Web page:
France’s constitutional court upheld the country’s efforts to restrict the use of palm oil in biofuels.
On October 11, 2019, oil major Total lost its fight in French court to utilize tax breaks for palm oil use for biofuels. The court’s ruling is a major blow to Total, which will lose USD 88 million at its biorefinery in southeastern France. The company had invested USD 330 million to upgrade the plant to utilize palm oil. The ruling will also contribute to the palm oil industry shifting away from the EU and pivoting toward more sales to Asian countries.
Under French law, the country will remove palm oil from the list of biofuels starting at the beginning of 2020. As a result, the law nixes tax breaks for using palm oil as a biofuel due to its negative impact on climate change. The court ruled against Total due to “the strong growth of palm oil production and the major amount of land used for its production worldwide, and given the deforestation and drying out of peat bogs.”
France’s law on palm oil has been a blueprint for the rest of the EU. Europe is planning to phase out palm oil-derived biofuels by 2030. The French government’s website says it aims to motivate actors all along the supply chain – producers, traders, investors, and consumers – “to change their practices in order to reduce deforestation.” Palm oil use in biofuels has been a particular target of EU officials given its large role in the transportation sector. The EU currently imports approximately 17 percent of the world’s total, with nearly two-thirds used for biofuels.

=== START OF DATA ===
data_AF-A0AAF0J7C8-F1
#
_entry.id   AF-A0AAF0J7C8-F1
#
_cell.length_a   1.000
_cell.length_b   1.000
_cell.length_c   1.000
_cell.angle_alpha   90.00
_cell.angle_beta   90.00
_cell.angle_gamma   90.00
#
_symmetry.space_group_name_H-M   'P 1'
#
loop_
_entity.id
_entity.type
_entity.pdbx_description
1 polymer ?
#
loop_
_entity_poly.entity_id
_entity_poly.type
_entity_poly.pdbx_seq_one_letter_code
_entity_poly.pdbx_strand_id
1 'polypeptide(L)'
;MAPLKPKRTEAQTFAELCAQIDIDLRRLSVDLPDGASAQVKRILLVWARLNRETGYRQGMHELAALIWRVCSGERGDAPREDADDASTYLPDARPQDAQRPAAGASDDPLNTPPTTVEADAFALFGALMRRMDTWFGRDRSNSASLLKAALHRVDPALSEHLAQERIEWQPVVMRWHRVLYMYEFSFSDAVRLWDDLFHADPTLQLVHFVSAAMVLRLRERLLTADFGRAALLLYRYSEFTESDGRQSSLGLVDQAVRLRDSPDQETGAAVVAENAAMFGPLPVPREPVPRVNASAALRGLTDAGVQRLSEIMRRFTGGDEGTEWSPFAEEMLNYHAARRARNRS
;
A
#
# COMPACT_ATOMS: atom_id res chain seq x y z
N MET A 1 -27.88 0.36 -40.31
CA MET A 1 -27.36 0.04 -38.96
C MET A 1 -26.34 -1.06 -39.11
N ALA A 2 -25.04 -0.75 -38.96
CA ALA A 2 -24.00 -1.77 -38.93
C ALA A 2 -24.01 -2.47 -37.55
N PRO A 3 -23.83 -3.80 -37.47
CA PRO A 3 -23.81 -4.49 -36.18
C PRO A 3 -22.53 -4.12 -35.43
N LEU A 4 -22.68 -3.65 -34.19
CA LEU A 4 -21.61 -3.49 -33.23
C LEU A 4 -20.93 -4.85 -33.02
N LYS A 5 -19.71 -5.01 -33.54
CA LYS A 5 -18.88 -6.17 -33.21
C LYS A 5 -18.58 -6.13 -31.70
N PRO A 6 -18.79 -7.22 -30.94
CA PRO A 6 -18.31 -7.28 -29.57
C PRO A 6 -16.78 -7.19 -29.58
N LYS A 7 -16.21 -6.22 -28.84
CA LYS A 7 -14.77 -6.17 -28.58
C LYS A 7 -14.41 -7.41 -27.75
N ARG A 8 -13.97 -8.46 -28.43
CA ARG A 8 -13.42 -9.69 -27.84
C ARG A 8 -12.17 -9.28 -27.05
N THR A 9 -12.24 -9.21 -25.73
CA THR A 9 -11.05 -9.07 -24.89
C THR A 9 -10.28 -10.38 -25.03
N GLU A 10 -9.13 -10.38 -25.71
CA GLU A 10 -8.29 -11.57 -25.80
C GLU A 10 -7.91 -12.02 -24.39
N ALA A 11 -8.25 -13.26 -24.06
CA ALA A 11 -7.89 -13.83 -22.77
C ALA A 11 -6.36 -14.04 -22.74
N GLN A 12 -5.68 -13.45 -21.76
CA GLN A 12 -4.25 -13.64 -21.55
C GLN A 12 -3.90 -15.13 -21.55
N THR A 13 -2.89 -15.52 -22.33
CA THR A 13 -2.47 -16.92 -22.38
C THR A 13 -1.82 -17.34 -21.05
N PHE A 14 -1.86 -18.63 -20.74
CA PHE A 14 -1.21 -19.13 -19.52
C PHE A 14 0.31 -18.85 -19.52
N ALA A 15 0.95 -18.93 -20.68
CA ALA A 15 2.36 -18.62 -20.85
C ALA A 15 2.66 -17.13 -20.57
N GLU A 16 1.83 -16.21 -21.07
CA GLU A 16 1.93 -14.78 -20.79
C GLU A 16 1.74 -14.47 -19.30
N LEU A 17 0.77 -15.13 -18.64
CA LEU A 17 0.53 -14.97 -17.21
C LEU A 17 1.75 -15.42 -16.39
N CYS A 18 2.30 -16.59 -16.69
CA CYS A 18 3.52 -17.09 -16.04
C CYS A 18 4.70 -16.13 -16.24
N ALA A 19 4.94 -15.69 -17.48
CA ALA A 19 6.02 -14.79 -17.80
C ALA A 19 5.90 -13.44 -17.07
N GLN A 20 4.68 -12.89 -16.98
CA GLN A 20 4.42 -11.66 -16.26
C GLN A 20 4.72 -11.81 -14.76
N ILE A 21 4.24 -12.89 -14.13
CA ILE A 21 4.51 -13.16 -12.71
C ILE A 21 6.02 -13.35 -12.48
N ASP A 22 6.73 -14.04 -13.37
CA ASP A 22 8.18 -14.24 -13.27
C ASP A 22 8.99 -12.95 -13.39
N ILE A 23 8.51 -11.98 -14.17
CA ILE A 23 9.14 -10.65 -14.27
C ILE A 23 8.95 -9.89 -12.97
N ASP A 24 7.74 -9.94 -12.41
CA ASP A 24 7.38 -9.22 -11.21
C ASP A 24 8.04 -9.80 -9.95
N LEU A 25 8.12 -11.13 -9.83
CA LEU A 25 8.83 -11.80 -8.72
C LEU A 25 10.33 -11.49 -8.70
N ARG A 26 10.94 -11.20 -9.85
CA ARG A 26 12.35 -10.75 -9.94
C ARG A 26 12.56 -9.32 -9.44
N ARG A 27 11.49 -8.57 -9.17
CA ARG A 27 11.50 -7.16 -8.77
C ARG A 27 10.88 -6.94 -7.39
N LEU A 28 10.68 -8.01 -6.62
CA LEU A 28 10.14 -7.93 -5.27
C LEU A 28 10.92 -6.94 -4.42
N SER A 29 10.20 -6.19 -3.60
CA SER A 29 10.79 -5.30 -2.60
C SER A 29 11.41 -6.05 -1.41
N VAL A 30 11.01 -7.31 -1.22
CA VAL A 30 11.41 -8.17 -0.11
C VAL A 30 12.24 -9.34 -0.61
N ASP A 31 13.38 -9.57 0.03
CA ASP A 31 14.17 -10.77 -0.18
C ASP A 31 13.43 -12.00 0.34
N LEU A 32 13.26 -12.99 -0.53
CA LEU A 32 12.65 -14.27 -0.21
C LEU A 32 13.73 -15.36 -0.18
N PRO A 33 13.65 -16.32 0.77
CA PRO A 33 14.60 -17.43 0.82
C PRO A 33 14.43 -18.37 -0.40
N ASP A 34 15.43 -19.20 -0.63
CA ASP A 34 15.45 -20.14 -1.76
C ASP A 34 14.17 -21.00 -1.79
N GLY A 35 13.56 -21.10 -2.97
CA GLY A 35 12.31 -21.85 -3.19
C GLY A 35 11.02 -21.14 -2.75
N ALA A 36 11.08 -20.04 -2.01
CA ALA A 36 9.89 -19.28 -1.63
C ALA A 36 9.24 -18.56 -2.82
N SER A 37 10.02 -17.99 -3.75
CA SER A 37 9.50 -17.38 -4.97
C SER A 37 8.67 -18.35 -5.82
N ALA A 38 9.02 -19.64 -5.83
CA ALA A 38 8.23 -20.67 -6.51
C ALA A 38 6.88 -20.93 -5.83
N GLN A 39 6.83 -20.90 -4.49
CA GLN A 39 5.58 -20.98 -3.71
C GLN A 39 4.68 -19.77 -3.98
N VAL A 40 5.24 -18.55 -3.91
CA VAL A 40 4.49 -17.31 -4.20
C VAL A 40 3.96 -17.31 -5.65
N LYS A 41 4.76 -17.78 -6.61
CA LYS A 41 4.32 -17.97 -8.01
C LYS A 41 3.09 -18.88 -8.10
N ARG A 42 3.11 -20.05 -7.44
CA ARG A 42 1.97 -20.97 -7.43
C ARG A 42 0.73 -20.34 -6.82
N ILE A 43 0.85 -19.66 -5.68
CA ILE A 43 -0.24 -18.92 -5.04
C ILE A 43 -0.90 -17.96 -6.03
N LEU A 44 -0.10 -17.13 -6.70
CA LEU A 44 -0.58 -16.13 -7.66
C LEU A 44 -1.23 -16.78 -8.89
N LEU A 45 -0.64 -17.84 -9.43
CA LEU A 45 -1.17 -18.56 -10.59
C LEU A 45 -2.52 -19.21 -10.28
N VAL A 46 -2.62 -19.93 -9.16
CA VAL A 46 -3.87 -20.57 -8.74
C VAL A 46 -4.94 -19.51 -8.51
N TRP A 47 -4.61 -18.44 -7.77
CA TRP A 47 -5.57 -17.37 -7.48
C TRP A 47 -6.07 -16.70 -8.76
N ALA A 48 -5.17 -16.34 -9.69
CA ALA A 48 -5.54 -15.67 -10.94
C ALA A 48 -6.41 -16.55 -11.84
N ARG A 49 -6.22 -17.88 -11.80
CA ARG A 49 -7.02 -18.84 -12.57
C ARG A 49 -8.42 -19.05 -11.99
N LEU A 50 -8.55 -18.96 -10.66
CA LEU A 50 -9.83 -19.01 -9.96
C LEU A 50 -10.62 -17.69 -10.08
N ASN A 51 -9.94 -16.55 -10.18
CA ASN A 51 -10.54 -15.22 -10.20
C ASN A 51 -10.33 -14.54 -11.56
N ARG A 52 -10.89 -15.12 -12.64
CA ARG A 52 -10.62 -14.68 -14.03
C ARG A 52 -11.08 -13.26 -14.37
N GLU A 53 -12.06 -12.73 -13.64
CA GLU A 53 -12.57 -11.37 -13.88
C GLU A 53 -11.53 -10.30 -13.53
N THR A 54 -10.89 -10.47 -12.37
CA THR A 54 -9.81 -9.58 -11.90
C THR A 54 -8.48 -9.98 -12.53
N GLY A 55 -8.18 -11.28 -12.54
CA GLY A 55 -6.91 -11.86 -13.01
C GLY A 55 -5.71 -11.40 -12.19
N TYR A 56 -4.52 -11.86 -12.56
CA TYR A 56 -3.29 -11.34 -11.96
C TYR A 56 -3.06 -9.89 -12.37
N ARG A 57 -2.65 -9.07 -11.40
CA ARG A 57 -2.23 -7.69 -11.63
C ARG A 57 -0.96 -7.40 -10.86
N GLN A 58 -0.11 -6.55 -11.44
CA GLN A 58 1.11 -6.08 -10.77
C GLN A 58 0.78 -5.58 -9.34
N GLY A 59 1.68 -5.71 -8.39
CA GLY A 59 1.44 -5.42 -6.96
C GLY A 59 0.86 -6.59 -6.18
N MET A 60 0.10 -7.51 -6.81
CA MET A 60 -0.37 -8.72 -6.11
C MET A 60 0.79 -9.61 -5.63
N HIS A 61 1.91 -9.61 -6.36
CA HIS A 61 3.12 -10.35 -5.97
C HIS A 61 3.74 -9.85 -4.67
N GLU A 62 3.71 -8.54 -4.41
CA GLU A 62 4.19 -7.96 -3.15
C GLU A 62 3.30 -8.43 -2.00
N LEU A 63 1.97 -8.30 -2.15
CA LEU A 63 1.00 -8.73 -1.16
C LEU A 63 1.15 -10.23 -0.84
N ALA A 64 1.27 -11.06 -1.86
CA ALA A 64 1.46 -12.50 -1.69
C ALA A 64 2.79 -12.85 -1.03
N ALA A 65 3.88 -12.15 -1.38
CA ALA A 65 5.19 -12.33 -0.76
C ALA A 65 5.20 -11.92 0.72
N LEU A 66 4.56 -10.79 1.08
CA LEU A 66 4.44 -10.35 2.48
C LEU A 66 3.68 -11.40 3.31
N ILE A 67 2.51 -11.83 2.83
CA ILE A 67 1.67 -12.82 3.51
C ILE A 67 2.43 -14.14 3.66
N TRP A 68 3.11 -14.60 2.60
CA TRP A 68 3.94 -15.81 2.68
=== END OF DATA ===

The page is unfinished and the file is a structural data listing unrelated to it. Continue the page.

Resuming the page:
More broadly, the European Commission is currently reviewing actions it can take to reduce the EU’s exposure to deforestation through limiting imports of all agricultural commodities produced in high-risk markets. EU’s actions would extend beyond palm oil and impact soy and beef exporters in Brazil. Europe is the second largest importer of major agricultural commodities such as soy and palm oil, trailing only Asia.
The EU’s desire to continually cut imports of palm oil commodities poses business risks to companies that produce, refine, and export palm oil from Southeast Asia. Indonesian and Malaysian officials have criticized EU’s phase out of palm oil for use in biofuels, arguing that the move is protectionism and unfairly disadvantages their economies. They have threatened to respond with retaliatory trade policy. Indonesia, which has issued moratoria on palm oil expansion and forest and peatland clearing, said it plans to challenge the EU’s palm oil policy with a formal complaint at the World Trade Organization (WTO).
As palm oil becomes less attractive in Europe, for use in biofuels and in general, palm oil growers and traders could see their market options decrease in coming years, possibly accelerating risks of more land becoming economically unviable. Already more than 6 million hectares of forest and peatland in Indonesia are considered stranded assets, according to CRR. Against this backdrop, the industry in Southeast Asia will likely continue to try to make inroads in the Chinese, Indian, and Pakistani markets for both crude and refined palm oil. These markets, which make up almost 30 percent of the world’s total, do not have robust sustainability commitments similar to the EU, possibly creating leakage markets and increasing deforestation risks.